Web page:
The madness and the magic of the FA Cup

1

January 5, 2015 by bluenosebible

Blyth Spartans 2-3 Birmingham City

Written by: Nat Peters

It’s unlikely that Blues or Blyth Spartans will forget their first ever meeting in a hurry. Football Focus, BBC Five Live and talkSPORT all gave our game maximum coverage on Saturday whilst Match of the Day made it the first game they showed in the evening, and they were all vindicated as the teams contested what ended up being one heck of a cup tie.

I have to admit, before the game I was confident enough that we would turn over Blyth to put a bet on Blues winning with a minus two handicap; for the sensible people who don’t fritter money away in a bookies every weekend, that meant Blues had to win by at least three clear goals. But in the Masons Arms (a fantastic boozer by the way) by the ground before the game there was an edginess about many Blues fans that we would be the story of the Third Round for all the wrong reasons. The line-up selected by Gary Rowett with only Michael Morrison keeping his place from the team that beat Forest last week did little to dispel nervousness; would this untried team filled with players hopelessly short of match practice be able to handle this game?

Getting into the ground before kick-off, the first thing I noticed was the pitch. All credit to the Blyth personnel who clearly did their level best to keep its condition as pristine as possible, but it was clear that the Croft Park turf was quite a departure from what our pampered pros would be used to. There were more bobbles in the grass than you’d see on an old woolly jumper, and for the first time that day I had a gut feeling this was going to be a tricky afternoon for the boys in Royal Blue.

nikolazigicdisallowedgoalblythThe game got underway, and Blues should have got an early goal which I suspect would have made the afternoon a lot more straightforward. From a corner Nikola Zigic headed what he thought was his first goal since his return to Blues, only for the referee Mike Jones to disallow it for a push on the Blyth defender marking him. Moments later Zigic again should have put us in front; good work down the right hand side by Lee Novak saw him centre a ball from the byline, falling perfectly to the big Serb ten yards out with the goal at his mercy. The subsequent miss (the ball went so far over the bar it nearly cleared the stand) was a howler, a proper stinker.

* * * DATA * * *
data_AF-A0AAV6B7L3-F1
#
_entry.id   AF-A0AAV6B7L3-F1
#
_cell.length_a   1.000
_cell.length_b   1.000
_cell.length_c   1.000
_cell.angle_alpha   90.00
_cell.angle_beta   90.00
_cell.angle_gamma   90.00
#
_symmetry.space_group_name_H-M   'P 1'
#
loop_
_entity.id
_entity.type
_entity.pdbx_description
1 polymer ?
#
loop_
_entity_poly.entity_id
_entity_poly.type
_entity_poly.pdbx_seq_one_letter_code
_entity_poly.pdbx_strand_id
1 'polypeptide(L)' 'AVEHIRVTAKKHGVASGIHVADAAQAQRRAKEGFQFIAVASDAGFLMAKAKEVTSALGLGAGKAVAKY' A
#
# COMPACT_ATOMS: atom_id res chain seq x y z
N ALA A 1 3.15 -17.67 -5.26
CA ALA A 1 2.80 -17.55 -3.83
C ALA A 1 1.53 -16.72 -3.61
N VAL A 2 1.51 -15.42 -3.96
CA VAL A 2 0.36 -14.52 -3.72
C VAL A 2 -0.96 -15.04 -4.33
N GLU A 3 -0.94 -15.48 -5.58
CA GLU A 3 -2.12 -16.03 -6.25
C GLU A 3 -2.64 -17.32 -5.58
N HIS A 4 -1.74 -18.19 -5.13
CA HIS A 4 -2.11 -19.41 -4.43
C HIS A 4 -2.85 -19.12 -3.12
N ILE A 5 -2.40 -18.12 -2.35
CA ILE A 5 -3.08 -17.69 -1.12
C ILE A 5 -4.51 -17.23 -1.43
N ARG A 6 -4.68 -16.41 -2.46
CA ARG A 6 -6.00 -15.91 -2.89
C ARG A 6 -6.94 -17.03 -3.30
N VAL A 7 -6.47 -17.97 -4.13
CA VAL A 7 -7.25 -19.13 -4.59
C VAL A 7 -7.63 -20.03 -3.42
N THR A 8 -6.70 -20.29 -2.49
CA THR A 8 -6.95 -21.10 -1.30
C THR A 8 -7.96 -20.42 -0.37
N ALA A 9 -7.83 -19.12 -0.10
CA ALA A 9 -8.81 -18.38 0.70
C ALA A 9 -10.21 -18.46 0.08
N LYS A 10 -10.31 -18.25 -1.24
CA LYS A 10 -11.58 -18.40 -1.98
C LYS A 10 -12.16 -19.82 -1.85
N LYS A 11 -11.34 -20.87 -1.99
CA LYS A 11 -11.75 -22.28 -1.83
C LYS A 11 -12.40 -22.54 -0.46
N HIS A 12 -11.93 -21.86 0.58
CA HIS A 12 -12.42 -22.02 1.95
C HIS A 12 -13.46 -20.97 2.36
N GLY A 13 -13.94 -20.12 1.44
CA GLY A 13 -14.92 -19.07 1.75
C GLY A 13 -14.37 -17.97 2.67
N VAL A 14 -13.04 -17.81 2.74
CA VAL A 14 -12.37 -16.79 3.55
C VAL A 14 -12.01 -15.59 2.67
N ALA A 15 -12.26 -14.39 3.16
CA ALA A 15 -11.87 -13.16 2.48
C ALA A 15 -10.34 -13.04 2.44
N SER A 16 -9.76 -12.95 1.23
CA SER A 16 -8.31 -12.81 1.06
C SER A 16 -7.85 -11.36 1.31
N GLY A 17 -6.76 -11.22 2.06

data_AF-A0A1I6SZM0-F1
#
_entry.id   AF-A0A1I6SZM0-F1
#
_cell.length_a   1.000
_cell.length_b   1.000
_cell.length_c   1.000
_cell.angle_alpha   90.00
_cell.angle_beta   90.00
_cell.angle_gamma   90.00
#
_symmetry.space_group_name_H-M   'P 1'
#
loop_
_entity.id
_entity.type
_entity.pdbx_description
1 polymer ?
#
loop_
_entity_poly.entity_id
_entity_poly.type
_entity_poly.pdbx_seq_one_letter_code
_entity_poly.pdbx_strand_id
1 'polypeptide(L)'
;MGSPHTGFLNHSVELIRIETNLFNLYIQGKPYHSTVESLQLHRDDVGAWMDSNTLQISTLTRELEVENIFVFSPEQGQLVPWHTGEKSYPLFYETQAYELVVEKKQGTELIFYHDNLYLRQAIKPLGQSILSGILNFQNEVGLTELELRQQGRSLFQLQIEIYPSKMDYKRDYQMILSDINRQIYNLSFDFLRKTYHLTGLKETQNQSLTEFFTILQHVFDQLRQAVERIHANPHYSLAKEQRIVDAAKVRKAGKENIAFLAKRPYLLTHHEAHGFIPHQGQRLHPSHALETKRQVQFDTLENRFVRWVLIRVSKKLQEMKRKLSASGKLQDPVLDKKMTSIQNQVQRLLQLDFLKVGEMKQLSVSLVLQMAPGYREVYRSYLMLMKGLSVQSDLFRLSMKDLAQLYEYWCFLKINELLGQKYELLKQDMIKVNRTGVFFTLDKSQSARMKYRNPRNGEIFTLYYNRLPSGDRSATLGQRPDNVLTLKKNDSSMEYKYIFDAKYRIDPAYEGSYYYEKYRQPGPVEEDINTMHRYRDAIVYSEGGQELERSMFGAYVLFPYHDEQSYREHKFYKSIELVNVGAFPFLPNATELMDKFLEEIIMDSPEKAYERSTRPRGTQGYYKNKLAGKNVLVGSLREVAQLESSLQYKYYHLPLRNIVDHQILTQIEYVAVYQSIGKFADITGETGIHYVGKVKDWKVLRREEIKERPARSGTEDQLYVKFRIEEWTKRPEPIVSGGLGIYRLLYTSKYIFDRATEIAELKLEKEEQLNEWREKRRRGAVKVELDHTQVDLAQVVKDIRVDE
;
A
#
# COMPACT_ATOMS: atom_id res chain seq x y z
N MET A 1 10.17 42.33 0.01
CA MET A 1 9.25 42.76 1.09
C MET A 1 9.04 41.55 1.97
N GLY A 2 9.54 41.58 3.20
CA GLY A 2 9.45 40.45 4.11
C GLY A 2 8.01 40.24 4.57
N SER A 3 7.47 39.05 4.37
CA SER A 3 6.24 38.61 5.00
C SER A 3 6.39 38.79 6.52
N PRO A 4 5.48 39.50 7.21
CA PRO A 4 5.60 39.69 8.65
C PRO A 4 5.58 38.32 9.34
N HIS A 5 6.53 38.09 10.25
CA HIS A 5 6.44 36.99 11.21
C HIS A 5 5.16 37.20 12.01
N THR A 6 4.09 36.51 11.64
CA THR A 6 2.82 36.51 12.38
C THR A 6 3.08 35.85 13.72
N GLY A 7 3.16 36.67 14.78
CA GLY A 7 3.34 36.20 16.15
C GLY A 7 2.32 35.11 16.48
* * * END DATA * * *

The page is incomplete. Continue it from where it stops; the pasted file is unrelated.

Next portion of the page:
After that, the game meandered into scrappiness and sloppiness on the part of Blues players. Blyth got to grips with the task in hand more and more, and the Blyth fans were right behind their side; “We are Blyth” incessantly ringing around the stands draped in banners. They could smell blood, they could sense that they had a chance as Blues started to visibly struggle with the unfamiliar surroundings they found themselves in. Mitchell Hancox spooned several clearances into the stand and some of Colin Doyle’s kicking left a lot to be desired. Blues players were struggling to regain anything like their earlier rhythm and were losing out in fifty-fifty challenges galore, never a good sign.

One of those challenges between the Blyth left back and Lee Novak saw the former comfortably win the ball. He sent it down the left hand side to skilful Jarret Rivers, who cut inside Neal Eardley to roll the ball across the six yard box and centre-halves Morrison and David Edgar could only watch as it went to the back post. Hancox failed to clear in time to prevent Robbie Dale coming in to slam the ball home. 1-0 Blyth.

imagesdaleBlyth were now all over Blues. Dale (a man who could surely have played several levels higher up the footballing pyramid) in particular was running the show, and he scored again after forty minutes. Guy Moussi, whose performance thus far had resembled a chicken minus its head, gave away a free kick on the left hand corner of Blues’ penalty area. The ball was tapped to Dale, who cut inside and ran straight towards goal with Callum Reilly unable to stop him and shot. Blues’ defenders parted like the Red Sea to allow the ball to have a safe passage into the left hand corner of Doyle’s goal. 2-0 Blyth, oh no oh no oh no.